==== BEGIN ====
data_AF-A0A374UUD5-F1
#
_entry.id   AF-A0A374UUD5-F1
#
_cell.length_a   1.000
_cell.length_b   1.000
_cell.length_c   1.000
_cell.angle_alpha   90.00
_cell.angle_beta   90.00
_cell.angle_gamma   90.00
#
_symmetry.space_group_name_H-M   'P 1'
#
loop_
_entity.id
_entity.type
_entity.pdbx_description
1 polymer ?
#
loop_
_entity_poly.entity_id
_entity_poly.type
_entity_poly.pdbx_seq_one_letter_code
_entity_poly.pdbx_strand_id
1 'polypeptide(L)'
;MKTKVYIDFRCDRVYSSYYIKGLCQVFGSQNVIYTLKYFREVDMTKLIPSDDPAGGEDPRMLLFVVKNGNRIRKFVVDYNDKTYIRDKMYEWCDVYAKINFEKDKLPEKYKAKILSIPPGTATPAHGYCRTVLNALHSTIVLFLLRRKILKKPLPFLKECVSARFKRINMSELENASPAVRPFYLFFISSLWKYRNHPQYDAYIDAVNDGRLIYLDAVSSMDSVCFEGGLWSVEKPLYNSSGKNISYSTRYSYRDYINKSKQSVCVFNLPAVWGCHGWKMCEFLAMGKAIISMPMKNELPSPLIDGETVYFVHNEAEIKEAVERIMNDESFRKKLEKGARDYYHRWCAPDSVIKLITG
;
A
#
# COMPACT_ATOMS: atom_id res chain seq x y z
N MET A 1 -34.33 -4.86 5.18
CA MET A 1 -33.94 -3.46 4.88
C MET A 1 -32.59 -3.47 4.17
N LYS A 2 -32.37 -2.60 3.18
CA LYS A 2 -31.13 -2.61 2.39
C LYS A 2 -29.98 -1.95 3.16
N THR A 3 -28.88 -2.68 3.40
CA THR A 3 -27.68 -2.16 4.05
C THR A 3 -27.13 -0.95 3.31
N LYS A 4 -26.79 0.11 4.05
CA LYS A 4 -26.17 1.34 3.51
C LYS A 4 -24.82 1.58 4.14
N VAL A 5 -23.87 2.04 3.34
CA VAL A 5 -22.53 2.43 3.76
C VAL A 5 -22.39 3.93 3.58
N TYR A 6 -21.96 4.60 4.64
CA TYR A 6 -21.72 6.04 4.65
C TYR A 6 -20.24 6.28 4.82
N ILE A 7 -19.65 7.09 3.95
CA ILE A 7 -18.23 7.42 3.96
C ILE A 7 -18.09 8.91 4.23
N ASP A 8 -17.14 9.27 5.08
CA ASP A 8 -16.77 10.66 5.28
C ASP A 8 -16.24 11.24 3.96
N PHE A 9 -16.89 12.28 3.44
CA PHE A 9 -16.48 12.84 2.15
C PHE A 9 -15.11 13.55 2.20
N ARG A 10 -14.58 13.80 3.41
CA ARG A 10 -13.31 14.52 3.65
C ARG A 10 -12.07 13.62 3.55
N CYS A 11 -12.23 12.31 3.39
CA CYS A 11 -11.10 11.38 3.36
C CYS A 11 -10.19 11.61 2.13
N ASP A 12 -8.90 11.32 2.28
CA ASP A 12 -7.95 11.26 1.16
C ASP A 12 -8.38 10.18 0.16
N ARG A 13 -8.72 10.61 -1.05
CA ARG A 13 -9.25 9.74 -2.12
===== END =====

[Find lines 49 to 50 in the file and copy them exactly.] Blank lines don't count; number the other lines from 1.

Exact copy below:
N ILE A 7 -19.65 7.09 3.95
CA ILE A 7 -18.23 7.42 3.96